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  • Siemens AG v Holdrich Investment Ltd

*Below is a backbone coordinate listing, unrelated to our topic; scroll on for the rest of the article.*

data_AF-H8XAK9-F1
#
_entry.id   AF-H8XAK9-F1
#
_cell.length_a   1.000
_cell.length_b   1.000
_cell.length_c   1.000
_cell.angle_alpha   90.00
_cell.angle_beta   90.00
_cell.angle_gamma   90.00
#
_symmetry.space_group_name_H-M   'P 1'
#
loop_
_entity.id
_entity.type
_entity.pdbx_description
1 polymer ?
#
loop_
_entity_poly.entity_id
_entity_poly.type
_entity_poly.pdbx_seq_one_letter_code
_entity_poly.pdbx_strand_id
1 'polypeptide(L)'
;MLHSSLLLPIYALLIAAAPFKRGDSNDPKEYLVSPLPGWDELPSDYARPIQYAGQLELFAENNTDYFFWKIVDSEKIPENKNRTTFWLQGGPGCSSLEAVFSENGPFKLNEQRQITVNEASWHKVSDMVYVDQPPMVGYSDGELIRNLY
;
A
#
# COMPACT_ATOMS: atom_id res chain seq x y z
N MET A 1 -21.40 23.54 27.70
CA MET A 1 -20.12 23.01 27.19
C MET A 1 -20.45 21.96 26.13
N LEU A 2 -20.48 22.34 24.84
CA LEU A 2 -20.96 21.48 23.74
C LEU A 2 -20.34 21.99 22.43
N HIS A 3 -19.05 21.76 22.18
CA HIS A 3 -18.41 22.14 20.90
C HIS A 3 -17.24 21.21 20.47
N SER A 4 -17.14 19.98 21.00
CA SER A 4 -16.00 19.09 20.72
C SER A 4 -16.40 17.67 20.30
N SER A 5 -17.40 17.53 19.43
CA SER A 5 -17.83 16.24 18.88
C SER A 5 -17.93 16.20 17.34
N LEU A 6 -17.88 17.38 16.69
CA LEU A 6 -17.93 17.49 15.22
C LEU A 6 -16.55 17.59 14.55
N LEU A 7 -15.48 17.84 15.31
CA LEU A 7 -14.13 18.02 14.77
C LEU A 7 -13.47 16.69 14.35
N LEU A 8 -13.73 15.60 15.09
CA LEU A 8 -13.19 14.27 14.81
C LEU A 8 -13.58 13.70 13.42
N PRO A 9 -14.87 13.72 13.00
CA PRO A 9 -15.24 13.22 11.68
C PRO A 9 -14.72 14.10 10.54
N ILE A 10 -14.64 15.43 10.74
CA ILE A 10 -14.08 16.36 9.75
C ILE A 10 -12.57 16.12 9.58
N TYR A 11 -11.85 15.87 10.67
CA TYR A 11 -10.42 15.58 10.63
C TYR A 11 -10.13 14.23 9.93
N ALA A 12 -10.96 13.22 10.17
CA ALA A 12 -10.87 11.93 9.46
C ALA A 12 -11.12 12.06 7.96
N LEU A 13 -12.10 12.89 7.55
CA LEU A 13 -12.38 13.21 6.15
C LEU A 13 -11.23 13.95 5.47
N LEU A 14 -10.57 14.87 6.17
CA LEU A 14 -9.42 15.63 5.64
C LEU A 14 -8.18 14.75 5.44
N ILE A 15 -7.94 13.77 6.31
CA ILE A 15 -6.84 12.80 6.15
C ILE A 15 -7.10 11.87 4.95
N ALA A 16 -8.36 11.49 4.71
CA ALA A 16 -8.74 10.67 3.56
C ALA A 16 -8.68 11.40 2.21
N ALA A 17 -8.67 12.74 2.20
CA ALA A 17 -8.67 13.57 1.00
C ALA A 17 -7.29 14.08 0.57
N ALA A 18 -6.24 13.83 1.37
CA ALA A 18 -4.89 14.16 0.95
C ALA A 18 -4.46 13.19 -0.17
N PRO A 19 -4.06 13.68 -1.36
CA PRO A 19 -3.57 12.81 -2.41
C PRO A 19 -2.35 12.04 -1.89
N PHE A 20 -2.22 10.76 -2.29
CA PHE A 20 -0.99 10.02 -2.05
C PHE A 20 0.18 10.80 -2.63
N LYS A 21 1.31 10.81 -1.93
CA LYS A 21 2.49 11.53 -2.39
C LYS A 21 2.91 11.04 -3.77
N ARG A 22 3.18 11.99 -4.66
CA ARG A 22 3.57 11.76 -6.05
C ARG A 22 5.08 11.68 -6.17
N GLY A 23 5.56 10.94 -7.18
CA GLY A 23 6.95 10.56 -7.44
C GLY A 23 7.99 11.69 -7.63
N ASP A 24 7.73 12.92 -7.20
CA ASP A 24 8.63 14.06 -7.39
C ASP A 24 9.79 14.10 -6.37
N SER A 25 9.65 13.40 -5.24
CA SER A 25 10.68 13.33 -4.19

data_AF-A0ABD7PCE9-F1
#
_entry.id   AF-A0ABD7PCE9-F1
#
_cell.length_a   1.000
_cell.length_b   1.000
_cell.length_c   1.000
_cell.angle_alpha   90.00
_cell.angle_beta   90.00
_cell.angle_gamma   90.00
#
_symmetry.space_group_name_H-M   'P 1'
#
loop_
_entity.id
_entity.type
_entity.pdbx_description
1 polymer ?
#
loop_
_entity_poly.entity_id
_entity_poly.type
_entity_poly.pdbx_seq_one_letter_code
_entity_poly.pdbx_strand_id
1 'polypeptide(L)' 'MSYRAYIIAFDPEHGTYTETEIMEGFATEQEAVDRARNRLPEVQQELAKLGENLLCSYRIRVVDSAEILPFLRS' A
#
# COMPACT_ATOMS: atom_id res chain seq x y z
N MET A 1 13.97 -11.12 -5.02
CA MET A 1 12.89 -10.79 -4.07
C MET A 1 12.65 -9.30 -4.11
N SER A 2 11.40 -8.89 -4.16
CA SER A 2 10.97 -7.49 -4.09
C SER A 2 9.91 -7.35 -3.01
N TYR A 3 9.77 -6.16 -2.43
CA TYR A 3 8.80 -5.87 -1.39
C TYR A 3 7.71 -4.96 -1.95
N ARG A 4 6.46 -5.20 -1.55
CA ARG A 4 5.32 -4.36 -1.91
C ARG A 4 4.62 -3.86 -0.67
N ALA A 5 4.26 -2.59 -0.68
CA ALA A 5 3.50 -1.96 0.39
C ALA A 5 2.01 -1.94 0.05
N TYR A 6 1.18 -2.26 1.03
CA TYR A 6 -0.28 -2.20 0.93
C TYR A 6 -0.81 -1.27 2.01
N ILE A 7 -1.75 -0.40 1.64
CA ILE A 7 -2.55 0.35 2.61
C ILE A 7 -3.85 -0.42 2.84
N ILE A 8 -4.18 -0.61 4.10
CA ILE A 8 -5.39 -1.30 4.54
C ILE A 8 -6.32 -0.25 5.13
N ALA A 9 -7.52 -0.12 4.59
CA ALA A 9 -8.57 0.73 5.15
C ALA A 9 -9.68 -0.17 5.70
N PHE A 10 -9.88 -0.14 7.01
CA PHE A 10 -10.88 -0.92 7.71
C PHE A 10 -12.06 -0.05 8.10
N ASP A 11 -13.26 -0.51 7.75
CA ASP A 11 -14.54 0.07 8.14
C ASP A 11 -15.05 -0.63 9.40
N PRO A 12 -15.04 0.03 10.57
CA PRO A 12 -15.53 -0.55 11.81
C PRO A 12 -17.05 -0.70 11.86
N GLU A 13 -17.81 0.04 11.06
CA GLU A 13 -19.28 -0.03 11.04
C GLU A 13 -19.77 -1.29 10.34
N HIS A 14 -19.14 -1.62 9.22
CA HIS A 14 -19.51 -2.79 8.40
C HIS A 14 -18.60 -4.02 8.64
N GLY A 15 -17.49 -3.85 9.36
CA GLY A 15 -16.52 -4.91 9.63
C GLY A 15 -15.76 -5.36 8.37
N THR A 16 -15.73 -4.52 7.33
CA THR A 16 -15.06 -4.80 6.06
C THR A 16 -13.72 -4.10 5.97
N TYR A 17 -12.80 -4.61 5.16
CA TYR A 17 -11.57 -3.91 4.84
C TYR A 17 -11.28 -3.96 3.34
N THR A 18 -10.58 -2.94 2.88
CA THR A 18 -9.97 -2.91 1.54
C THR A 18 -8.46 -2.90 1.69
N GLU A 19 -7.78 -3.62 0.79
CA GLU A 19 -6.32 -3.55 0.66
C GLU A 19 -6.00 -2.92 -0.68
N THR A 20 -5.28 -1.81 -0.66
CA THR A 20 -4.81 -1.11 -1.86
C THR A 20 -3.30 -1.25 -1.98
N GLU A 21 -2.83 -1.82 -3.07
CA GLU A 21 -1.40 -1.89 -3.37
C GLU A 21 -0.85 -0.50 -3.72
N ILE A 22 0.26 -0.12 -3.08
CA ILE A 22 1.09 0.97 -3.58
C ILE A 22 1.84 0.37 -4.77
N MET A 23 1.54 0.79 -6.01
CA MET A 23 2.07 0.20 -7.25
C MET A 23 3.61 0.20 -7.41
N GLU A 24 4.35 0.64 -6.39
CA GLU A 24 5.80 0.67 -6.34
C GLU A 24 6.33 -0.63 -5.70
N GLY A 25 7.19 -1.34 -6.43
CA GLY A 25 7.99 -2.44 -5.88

of jurisdiction to show that Singapore is clearly the forum conveniens if by this it is meant that Singapore must be not only the most appropriate forum in the final analysis but also the most appropriate forum by far No doubt there will be cases where the forum conveniens is clear beyond contest But in the case of an international dispute where the connecting factors are finely balanced a requirement that there must be a forum which is clearly the most appropriate forum would necessarily condemn the dispute to jurisdictional limbo Such a result does the doctrine of forum non conveniens no credit In our view therefore it is sufficient for a plaintiff seeking leave for service out of jurisdiction to show that Singapore is on balance and in the final analysis the most appropriate forum to try the dispute and it matters not whether Singapore is the most appropriate forum by a hair or by a mile Application to the facts 9 In this case the connecting factors point to diverse jurisdictions Siemens AG was incorporated in Germany and has its principal place of business there while Holdrich was incorporated in Hong Kong and has its principal place of business there The parties dispute in the main action arises from a consultancy agreement entered into between the parties on 21 August 2003 the Consultancy Agreement whereby Siemens AG agreed to pay commission to Holdrich for its consultancy services if orders were received by SIEMENS note 1 from certain entities in Sweden Israel Austria and India The Consultancy Agreement was later amended to remove Israel and to include the Nordic regions and was thereafter amended again to include Indonesia It was expressed to be governed by Singapore law there was however no express choice of forum 10 In its statement of claim Holdrich is claiming commission in respect of its services in helping to secure a contract between two Indonesian entities viz PT Hutchinson CP Telecommunications and PT Siemens Indonesia The main issue is whether Holdrich is entitled to commission when contracts are concluded with members of the Siemens group in this case PT Siemens Indonesia other than Siemens AG itself Holdrich says yes and in support of its claim refers to correspondence from an employee of Siemens Network GmbH Co KG Siemens GmbH which according to Holdrich amounted to an admission of liability on behalf of Siemens AG Siemens AG says no and proposes to call two of its ex employees to explain the context in which the Consultancy Agreement was concluded Siemens AG also intends to call the employee of Siemens GmbH who is said to have made the admission of liability These persons are said to be located in Germany There was some mention before the Judge of the need to call witnesses from the two Indonesian entities but this was not emphasised by either side on appeal In addition Dr Ingo Gehring a senior legal counsel of Siemens AG deposed that Siemens AG is currently being investigated by German public prosecutors in relation to possibly illegal agreements including the Consultancy Agreement No further details were given 11 Against this factual backdrop Mr Vijayendran raised several practical points which he said militated in favour of Germany as the forum conveniens He said that the two ex employees proposed to be called by Siemens AG as witnesses were located in Germany and the same applied to the documentary evidence proposed to be adduced by Siemens AG He also mentioned that there would be a need for Siemens AG s evidence to be translated into English if that evidence were to be received by a Singapore court We were unable to attach much significance to these points The physical location of witnesses is no longer a vital or even very material consideration with the advent of video link technology see eg Peters Roger May v Pinder Lillian Gek Lian 2006 2 SLR R 381 at sub para e of 26 and 27 This applies a fortiori to the physical location of documents The translation point which Mr Vijayendran raised was at best ambivalent or neutral since it was not suggested that translation would pose insuperable difficulties and since there would also be a need for Holdrich s evidence to be translated if the trial were to take place in Germany We also took note of the fact that the Consultancy Agreement and the documentary evidence exhibited thus far including the documents emanating from Siemens AG itself are all in English thus suggesting that English is the lingua franca of the parties and that if anything an English speaking forum is preferable 12 With regard to the ongoing investigations by German public prosecutors into Siemens AG s agreements see 10 above in the absence of further details we were unable to make anything out of the fact that such investigations are currently underway Nothing specific was shown as to how the outcome of the German investigations would impact the civil claim in the Singapore proceedings The point was also made that the German authorities might not release the documents which were held by them This was purely speculative and no real reasons were addressed to us as to why that would be so or why the German authorities would not allow copies of documents in their possession to be made for the purposes of foreign proceedings 13 It seemed clear to us that the only factor which decisively connected both parties and their dispute to a jurisdiction was the parties choice of Singapore law as the governing law for the Consultancy Agreement In this regard Mr N Sreenivasan argued on behalf of Holdrich that in the absence of any express choice of jurisdiction the choice of Singapore law was an implied choice of Singapore jurisdiction note 2 On the other hand Mr Vijayendran argued that specifying a choice of governing law was not quite the same as specifying a choice of forum not least because the parties to a contract